Robert J. Jones, chancellor of the University of Illinois at Urbana-Champaign, followed that trail years later and shared his experiences during the 2022 Mary Frances Early Lecture, held Feb. 22 in Mahler Hall at the Georgia Center for Continuing Education & Hotel.
“This lecture serves as an important reminder of the progress that we’ve made as an institution as we honor a true trailblazer, an educator, a dear friend to the University of Georgia—Mary Frances Early,” said UGA President Jere W. Morehead. “Your legacy, along with Charlayne Hunter and Hamilton Holmes, in desegregating the University of Georgia has had a lasting impact on generations of students who have followed in your footsteps, and we will be forever grateful for your many contributions to the University of Georgia.”
The lecture series honors Early’s legacy and recognizes her dedication toward making UGA an institution of higher learning for all people. It also strives to demonstrate the progress that has been made in achieving her vision as well as to identify the work that remains to be done.
The Mary Frances Early Lecture, also designated as a Signature Lecture, is sponsored by the Graduate School, Graduate and Professional Scholars, the Mary Frances Early College of Education and the Office of Institutional Diversity.
Jones began by expressing how humbled he was to return to UGA for such an important event and shared how his time at the university shaped his life.
“My experiences here at the University of Georgia set the foundation for my career as a scholar, as a scientist and as a university leader,” he said. “The path that I followed here was mapped and paved by her courage, her perseverance, her commitment and, I have to add, her intentionality.”
Jones grew up in Dawson and earned a bachelor’s degree in agronomy from Fort Valley State University, a master’s degree in crop physiology from the UGA College of Agricultural and Environmental Sciences and a doctorate in crop physiology from the University of Missouri, Columbia. His parents were sharecroppers, and he developed an interest in learning about peanuts and cotton as a young child.
It was his high school vocational agriculture instructor who inspired Jones to continue his education by calling him Professor, telling Jones that he would go on to college and making sure that Jones had the needed credits.
He met another mentor at Fort Valley State University who made sure Jones had a summer research internship. He encouraged Jones to pursue a master’s degree at UGA and eventually sent him with two fellow students so that they could rely on each other to stay on the right path.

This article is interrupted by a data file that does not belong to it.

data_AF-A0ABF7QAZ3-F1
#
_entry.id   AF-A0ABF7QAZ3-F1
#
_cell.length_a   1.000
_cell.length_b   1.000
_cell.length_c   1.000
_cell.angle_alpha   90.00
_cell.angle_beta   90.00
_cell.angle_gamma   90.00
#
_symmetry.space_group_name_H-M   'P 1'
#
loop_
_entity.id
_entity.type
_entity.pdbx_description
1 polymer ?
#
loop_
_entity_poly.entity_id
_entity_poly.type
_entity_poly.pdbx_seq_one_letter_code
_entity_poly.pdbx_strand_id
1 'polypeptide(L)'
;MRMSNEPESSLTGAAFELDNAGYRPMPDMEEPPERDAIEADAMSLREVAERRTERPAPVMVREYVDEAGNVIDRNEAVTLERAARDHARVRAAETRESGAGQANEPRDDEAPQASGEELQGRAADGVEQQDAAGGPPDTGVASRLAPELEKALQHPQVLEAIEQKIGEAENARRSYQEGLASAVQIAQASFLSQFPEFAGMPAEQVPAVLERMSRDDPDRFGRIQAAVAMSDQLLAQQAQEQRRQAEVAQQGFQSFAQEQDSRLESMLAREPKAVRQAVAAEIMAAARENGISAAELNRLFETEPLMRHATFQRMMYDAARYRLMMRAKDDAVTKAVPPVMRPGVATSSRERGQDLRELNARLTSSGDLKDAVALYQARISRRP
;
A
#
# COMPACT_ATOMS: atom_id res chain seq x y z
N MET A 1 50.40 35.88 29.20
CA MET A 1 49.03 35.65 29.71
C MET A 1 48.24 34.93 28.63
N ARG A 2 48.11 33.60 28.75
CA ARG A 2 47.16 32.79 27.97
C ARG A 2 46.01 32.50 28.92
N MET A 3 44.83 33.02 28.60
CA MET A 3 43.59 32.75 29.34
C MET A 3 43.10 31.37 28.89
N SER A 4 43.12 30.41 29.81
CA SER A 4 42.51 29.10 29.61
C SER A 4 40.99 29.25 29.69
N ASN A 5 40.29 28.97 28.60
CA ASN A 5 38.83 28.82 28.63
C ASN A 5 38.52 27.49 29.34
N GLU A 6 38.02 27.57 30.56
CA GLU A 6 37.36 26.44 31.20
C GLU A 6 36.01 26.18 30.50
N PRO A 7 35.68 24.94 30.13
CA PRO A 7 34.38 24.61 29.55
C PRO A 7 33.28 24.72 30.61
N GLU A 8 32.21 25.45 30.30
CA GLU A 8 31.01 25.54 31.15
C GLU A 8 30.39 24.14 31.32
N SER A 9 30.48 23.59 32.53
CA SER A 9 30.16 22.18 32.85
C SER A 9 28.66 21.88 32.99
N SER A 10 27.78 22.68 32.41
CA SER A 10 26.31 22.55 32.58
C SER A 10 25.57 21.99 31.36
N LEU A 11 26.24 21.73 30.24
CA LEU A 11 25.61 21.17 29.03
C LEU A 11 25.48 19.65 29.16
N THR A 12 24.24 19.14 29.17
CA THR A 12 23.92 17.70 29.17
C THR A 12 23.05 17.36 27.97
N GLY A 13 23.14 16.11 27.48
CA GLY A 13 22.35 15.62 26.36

Jones pointed out that not all of his experiences at UGA were comfortable in the early 1970s and added that those experiences likely paled in comparison to what Early faced while earning her master’s degree in music education in 1962 and her specialist in education degree in 1967.
“I shook those experiences off, and I packed them under my feet, and I used them to focus on the positive aspects of studying at this great university,” he said. “I think it’s important for everyone to understand the cycle of inequity and false opportunity that comes when we don’t recognize the lessons of the past and, worse, that we don’t take actions in our power to ensure that the mistakes of history do not become the burden of generations that follow us.”
Jones also spoke about two areas he sees as critical to the future of higher education. The first is a focus on affordability and accessibility to all who wish to pursue higher education. The second is a focus on building a broader population of college-ready students long before they start the application process.
“I believe that universities do become a driver for social change,” he said.
Also during the event, Graduate and Professional Scholars presented Sha’Mira Covington, a doctoral candidate and graduate teaching assistant in the College of Family and Consumer Sciences’ textiles, merchandising and interiors department, with the Mary Frances Early Scholarship. The Mary Frances Early Scholarship is given each year to a graduate or professional student who embodies Early’s courage and leadership.
“This, the 22nd year of the Mary Frances Early Lecture, reminds us that a committed individual who chooses to do a difficult thing for the good of the larger society can do just that,” said Michelle Cook, vice provost for diversity and inclusion and strategic university initiatives. “It’s important for us to learn from those who have come before us and have been successful in bringing about long-lasting, impactful and substantive change — change that matters; change that brings us closer to a more just, equitable and fair society; change that pushes us all to do better and be better.”